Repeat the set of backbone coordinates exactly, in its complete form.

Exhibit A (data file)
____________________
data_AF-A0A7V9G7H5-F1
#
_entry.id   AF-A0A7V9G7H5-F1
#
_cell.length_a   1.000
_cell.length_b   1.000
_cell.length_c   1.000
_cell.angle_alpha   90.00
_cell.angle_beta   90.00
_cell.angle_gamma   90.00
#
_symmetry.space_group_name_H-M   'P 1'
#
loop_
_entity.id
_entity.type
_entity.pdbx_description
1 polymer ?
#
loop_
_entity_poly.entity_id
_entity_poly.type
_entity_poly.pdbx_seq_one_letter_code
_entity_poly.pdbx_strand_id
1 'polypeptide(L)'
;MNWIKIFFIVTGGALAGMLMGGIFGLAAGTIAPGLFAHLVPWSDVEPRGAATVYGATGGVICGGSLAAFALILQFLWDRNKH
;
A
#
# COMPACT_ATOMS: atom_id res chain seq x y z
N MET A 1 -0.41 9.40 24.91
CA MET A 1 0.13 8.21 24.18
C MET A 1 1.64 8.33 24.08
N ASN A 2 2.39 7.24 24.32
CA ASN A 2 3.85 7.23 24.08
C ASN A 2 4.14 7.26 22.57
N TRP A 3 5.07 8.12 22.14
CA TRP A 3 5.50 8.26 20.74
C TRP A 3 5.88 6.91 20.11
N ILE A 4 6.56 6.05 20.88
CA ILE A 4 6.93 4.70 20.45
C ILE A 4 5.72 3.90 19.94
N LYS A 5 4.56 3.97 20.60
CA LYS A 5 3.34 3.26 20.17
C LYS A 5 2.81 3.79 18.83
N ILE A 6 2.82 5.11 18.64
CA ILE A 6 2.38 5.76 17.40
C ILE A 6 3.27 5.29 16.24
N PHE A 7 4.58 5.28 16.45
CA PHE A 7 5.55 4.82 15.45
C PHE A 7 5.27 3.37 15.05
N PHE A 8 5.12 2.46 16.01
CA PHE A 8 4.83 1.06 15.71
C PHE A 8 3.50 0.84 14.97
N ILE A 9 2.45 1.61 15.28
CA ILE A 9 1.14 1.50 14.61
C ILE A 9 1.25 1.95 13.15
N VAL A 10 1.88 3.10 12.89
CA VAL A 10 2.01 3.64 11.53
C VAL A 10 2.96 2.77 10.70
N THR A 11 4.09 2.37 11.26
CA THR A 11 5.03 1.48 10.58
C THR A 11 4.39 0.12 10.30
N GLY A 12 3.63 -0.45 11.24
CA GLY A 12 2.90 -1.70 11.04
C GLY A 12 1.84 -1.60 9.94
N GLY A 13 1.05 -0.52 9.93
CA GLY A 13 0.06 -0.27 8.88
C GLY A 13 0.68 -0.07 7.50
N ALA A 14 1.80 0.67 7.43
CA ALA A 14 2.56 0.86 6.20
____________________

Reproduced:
data_AF-A0A7V9G7H5-F1
#
_entry.id   AF-A0A7V9G7H5-F1
#
_cell.length_a   1.000
_cell.length_b   1.000
_cell.length_c   1.000
_cell.angle_alpha   90.00
_cell.angle_beta   90.00
_cell.angle_gamma   90.00
#
_symmetry.space_group_name_H-M   'P 1'
#
loop_
_entity.id
_entity.type
_entity.pdbx_description
1 polymer ?
#
loop_
_entity_poly.entity_id
_entity_poly.type
_entity_poly.pdbx_seq_one_letter_code
_entity_poly.pdbx_strand_id
1 'polypeptide(L)'
;MNWIKIFFIVTGGALAGMLMGGIFGLAAGTIAPGLFAHLVPWSDVEPRGAATVYGATGGVICGGSLAAFALILQFLWDRNKH
;
A
#
# COMPACT_ATOMS: atom_id res chain seq x y z
N MET A 1 -0.41 9.40 24.91
CA MET A 1 0.13 8.21 24.18
C MET A 1 1.64 8.33 24.08
N ASN A 2 2.39 7.24 24.32
CA ASN A 2 3.85 7.23 24.08
C ASN A 2 4.14 7.26 22.57
N TRP A 3 5.07 8.12 22.14
CA TRP A 3 5.50 8.26 20.74
C TRP A 3 5.88 6.91 20.11
N ILE A 4 6.56 6.05 20.88
CA ILE A 4 6.93 4.70 20.45
C ILE A 4 5.72 3.90 19.94
N LYS A 5 4.56 3.97 20.60
CA LYS A 5 3.34 3.26 20.17
C LYS A 5 2.81 3.79 18.83
N ILE A 6 2.82 5.11 18.64
CA ILE A 6 2.38 5.76 17.40
C ILE A 6 3.27 5.29 16.24
N PHE A 7 4.58 5.28 16.45
CA PHE A 7 5.55 4.82 15.45
C PHE A 7 5.27 3.37 15.05
N PHE A 8 5.12 2.46 16.01
CA PHE A 8 4.83 1.06 15.71
C PHE A 8 3.50 0.84 14.97
N ILE A 9 2.45 1.61 15.28
CA ILE A 9 1.14 1.50 14.61
C ILE A 9 1.25 1.95 13.15
N VAL A 10 1.88 3.10 12.89
CA VAL A 10 2.01 3.64 11.53
C VAL A 10 2.96 2.77 10.70
N THR A 11 4.09 2.37 11.26
CA THR A 11 5.03 1.48 10.58
C THR A 11 4.39 0.12 10.30
N GLY A 12 3.63 -0.45 11.24
CA GLY A 12 2.90 -1.70 11.04
C GLY A 12 1.84 -1.60 9.94
N GLY A 13 1.05 -0.52 9.93
CA GLY A 13 0.06 -0.27 8.88
C GLY A 13 0.68 -0.07 7.50
N ALA A 14 1.80 0.67 7.43
CA ALA A 14 2.56 0.86 6.20